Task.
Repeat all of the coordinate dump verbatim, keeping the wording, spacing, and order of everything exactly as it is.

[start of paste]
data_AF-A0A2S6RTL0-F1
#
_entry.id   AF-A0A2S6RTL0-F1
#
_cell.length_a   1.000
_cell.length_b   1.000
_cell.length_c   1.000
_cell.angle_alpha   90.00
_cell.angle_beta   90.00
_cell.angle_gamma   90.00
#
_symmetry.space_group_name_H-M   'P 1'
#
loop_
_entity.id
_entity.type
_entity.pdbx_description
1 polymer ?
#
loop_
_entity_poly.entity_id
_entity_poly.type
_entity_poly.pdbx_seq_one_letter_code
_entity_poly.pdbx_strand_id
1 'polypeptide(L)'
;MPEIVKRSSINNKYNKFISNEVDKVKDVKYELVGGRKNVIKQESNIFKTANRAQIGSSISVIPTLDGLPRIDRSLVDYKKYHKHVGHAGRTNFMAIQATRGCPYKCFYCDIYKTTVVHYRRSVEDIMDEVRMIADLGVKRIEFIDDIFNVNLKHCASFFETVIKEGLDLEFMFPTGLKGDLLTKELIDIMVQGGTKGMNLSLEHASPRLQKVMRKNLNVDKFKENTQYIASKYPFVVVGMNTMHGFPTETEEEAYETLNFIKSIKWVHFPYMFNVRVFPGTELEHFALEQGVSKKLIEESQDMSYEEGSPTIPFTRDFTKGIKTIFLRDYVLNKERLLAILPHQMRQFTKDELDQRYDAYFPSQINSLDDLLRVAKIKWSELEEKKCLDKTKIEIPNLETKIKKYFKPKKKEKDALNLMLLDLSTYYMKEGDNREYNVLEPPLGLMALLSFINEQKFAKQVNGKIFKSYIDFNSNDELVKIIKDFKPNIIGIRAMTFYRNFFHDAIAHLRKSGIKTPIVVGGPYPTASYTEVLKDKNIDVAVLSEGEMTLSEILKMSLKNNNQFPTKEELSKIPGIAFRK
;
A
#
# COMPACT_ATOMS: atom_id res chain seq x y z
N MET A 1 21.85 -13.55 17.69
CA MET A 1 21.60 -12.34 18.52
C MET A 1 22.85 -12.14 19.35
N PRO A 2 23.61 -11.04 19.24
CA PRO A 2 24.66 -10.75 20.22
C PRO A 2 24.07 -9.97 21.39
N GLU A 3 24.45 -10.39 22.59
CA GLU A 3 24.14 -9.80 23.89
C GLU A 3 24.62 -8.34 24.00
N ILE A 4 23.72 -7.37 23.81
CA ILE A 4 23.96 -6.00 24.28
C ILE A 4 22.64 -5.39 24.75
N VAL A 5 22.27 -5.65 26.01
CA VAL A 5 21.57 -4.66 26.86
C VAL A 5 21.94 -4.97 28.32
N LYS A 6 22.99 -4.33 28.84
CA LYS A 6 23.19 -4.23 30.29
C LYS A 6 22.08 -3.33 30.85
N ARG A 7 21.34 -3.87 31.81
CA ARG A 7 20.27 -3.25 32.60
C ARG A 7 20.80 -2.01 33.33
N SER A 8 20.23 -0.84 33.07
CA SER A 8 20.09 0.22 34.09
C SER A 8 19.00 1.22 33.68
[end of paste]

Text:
data_AF-A0A2S6RTL0-F1
#
_entry.id   AF-A0A2S6RTL0-F1
#
_cell.length_a   1.000
_cell.length_b   1.000
_cell.length_c   1.000
_cell.angle_alpha   90.00
_cell.angle_beta   90.00
_cell.angle_gamma   90.00
#
_symmetry.space_group_name_H-M   'P 1'
#
loop_
_entity.id
_entity.type
_entity.pdbx_description
1 polymer ?
#
loop_
_entity_poly.entity_id
_entity_poly.type
_entity_poly.pdbx_seq_one_letter_code
_entity_poly.pdbx_strand_id
1 'polypeptide(L)'
;MPEIVKRSSINNKYNKFISNEVDKVKDVKYELVGGRKNVIKQESNIFKTANRAQIGSSISVIPTLDGLPRIDRSLVDYKKYHKHVGHAGRTNFMAIQATRGCPYKCFYCDIYKTTVVHYRRSVEDIMDEVRMIADLGVKRIEFIDDIFNVNLKHCASFFETVIKEGLDLEFMFPTGLKGDLLTKELIDIMVQGGTKGMNLSLEHASPRLQKVMRKNLNVDKFKENTQYIASKYPFVVVGMNTMHGFPTETEEEAYETLNFIKSIKWVHFPYMFNVRVFPGTELEHFALEQGVSKKLIEESQDMSYEEGSPTIPFTRDFTKGIKTIFLRDYVLNKERLLAILPHQMRQFTKDELDQRYDAYFPSQINSLDDLLRVAKIKWSELEEKKCLDKTKIEIPNLETKIKKYFKPKKKEKDALNLMLLDLSTYYMKEGDNREYNVLEPPLGLMALLSFINEQKFAKQVNGKIFKSYIDFNSNDELVKIIKDFKPNIIGIRAMTFYRNFFHDAIAHLRKSGIKTPIVVGGPYPTASYTEVLKDKNIDVAVLSEGEMTLSEILKMSLKNNNQFPTKEELSKIPGIAFRK
;
A
#
# COMPACT_ATOMS: atom_id res chain seq x y z
N MET A 1 21.85 -13.55 17.69
CA MET A 1 21.60 -12.34 18.52
C MET A 1 22.85 -12.14 19.35
N PRO A 2 23.61 -11.04 19.24
CA PRO A 2 24.66 -10.75 20.22
C PRO A 2 24.07 -9.97 21.39
N GLU A 3 24.45 -10.39 22.59
CA GLU A 3 24.14 -9.80 23.89
C GLU A 3 24.62 -8.34 24.00
N ILE A 4 23.72 -7.37 23.81
CA ILE A 4 23.96 -6.00 24.28
C ILE A 4 22.64 -5.39 24.75
N VAL A 5 22.27 -5.65 26.01
CA VAL A 5 21.57 -4.66 26.86
C VAL A 5 21.94 -4.97 28.32
N LYS A 6 22.99 -4.33 28.84
CA LYS A 6 23.19 -4.23 30.29
C LYS A 6 22.08 -3.33 30.85
N ARG A 7 21.34 -3.87 31.81
CA ARG A 7 20.27 -3.25 32.60
C ARG A 7 20.80 -2.01 33.33
N SER A 8 20.23 -0.84 33.07
CA SER A 8 20.09 0.22 34.09
C SER A 8 19.00 1.22 33.68